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I think you're asking, "if the pitcher throws a ball that is waaaay out of the strike zone, but the batter swings at it anyway, does it count as a strike?" The answer is YES - if it were a foul ball it would count as a strike, so why should it be any different if it is put into play?

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The pitch goes towards the pitcher's strike count.

a ball because it must be a ball to hit the batter because if it weren't then it must be ruled that the batter leaned in on the pitch.

Q: If a pitch is hit does it count as a strike or a ball against a pitcher's pitch count?

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A foul can count as a strike if there is not two strikes. I f your fist pitch is a foul, that's strike one. If you get a strike first and then foul, that's strike two. Or if you gettwo fouls in a row with no strikes, that's strike one and two. If you have two strikes (no matter how you got them) you cannot strike out on a foul. So if you do foul in that situation, it does not count as anything and your pitch count remains the same.

yes excepet for one strike two

pitch

First pitch strikes are a key in the success of pitchers. Data shows that hitters in 0-1 counts are more likely to swing at pitches that are border line or out of the strike zone. A hitters batting average is higher when batting 1-0 as opposed to 0-1. The avergae pitcher will throw 1st pitch strikes 60% of the time.

A "hitter's count" is a baseball term that means the batter has more balls than strikes in the current at bat. A count of 2 balls and 0 strikes or 3 balls and 1 strike or 3 balls and 0 strikes would be considered a "hitter's count" and a count of 2 balls and 1 strike could also be considered a "hitter's count" because if the pitcher throws a ball on the next pitch the count goes to 3 balls and 1 strike and then one more ball allows the batter to reach first base on a base on balls. So the pitcher must throw a ball over the plate and should he make just the slightest of errors allowing the ball to cross, say, the middle of the plate at belt height, the batter may be able to hit it hard somewhere to get a base hit and start a rally or knock in a run or two should there be runners on base. When the count is 3 balls and 1 strike, for example, the batter does not have to swing at a pitch that he doesn't think he can hit hard because, if the pitch is called a strike, the batter still 'alive' and able to do damage on the next pitch. When the count favors the batter, the batter can be more selective in what pitch they decide to swing at. Just like there is a "hitter's count", there is a "pitcher's count". This would be when there are more strikes than balls (0 balls and 1 strike, 0 balls and 2 strikes, 1 ball and 2 strikes). This count allows the pitcher to not have to throw a strike on the next pitch since a ball will not put the batter on base or change the count to a "hitter's count". The pitcher may try to throw something like a curve ball that starts out over the plate and then curves off the plate in the hopes that the batter will be fooled and swing at the pitch, a pitch that the batter will not be able to hit hard even should he make contact. When the count is 1 ball and 2 strikes, for example, the pitcher does not have to throw a pitch that is a strike because, if the pitch is called a ball, the pitcher can throw a strike that is not over the middle of the plate on the next pitch to get the batter out. When the count favors the pitcher, the pitcher can be more selective in what pitch they throw and the location of that pitch.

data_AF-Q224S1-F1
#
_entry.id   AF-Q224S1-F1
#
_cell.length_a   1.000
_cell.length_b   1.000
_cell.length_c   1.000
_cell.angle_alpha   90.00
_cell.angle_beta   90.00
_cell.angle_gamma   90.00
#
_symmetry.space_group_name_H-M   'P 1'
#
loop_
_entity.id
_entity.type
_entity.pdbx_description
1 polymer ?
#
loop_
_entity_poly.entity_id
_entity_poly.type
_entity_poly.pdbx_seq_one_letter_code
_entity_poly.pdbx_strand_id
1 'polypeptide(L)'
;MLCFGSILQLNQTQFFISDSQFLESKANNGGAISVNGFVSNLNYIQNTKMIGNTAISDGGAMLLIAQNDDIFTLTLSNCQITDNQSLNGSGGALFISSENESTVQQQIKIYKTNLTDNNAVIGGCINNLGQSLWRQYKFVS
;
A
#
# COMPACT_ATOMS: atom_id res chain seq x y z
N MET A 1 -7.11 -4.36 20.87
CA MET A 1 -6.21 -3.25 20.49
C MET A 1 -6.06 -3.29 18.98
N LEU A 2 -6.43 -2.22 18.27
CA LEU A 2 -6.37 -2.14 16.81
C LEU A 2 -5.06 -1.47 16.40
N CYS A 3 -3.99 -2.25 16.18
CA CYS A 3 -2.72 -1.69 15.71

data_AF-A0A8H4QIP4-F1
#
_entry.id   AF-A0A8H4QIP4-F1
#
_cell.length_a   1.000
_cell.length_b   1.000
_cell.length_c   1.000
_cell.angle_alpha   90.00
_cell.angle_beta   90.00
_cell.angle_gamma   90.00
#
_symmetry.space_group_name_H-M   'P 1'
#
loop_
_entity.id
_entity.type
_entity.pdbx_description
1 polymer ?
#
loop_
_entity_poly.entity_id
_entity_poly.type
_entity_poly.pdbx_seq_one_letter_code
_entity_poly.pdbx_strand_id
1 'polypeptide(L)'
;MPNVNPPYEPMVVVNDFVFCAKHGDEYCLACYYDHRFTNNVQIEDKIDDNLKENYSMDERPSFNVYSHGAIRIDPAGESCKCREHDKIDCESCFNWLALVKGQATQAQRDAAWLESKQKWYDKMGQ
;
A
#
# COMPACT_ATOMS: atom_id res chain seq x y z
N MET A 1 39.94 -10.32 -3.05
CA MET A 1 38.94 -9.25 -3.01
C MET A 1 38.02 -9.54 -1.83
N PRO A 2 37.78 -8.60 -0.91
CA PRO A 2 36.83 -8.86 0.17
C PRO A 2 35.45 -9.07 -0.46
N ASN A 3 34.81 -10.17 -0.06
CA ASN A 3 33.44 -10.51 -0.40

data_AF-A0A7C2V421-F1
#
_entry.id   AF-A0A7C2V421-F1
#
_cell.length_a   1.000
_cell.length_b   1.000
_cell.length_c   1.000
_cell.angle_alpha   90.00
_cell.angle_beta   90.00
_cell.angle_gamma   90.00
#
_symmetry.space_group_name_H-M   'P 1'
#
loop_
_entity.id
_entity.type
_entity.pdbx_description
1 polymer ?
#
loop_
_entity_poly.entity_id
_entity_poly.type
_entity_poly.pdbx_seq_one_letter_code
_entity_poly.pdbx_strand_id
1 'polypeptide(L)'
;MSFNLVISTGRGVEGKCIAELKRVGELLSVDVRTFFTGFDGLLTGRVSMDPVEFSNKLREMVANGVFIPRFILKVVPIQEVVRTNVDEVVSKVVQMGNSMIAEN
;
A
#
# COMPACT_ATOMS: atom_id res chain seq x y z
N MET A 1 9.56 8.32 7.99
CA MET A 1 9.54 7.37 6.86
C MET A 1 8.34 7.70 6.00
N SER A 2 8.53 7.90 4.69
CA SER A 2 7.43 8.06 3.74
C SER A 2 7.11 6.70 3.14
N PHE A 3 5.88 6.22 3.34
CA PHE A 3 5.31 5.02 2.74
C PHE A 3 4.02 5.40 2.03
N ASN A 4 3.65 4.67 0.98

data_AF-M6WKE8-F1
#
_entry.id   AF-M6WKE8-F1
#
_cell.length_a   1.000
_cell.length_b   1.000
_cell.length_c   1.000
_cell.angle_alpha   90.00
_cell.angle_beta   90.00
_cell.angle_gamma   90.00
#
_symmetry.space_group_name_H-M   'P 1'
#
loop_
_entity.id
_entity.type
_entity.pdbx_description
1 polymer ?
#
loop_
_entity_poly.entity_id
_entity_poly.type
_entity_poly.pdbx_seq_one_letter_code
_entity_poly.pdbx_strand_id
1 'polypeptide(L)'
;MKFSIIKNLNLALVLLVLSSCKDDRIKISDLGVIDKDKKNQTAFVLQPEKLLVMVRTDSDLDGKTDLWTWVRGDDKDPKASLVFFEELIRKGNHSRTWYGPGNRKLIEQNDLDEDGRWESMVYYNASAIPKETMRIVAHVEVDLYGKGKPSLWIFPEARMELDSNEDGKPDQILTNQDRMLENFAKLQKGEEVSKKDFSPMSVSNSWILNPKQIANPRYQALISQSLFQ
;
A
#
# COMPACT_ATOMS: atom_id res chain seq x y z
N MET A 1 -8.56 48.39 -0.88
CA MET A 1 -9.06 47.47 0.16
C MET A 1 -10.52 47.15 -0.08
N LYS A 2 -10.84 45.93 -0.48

If the pitch count is at 2 strikes and 3 balls that is a "full count" meaning the next pitch is the last for that batter. (For all you critics; this is because in softball, if the third strike is fouled out of play the batter is out)

When batting you have to adjust your strike zone to the count. When you have three balls, you need the absolutely perfect pitch to swing at it. However, if you have 2 strikes on you, you need to protect the plate and swing at anything close. These are the extremes, say you have a 1-2 count - you have a pretty wide strike zone. If you have a 2-1 count your strike zone is a little tighter than when you started out.

Baseball is uniquely American. Its a sport of numbers and statistics. The strike out is one such statistic that many a fan counts. For any pitcher a strike out is a difficult task especially against todays amazing batters. To find a pitcher throwing 13 strike outs in 2009 isn't an easy task but it is possible. Many a true fan has counted each strike out. Pitch by pitch is recorded and posted. The almanac is one of these places where the records go, as well as, team sites and fan built pages. With a little effort any question can be answered.

strike zone is a conceptual three dimensional right angle pentagonal prism over home plate which defines the boundaries through which a pitch must pass in order to count as a strike when the batter does not swing or swings and miss.

60mph

43 feet

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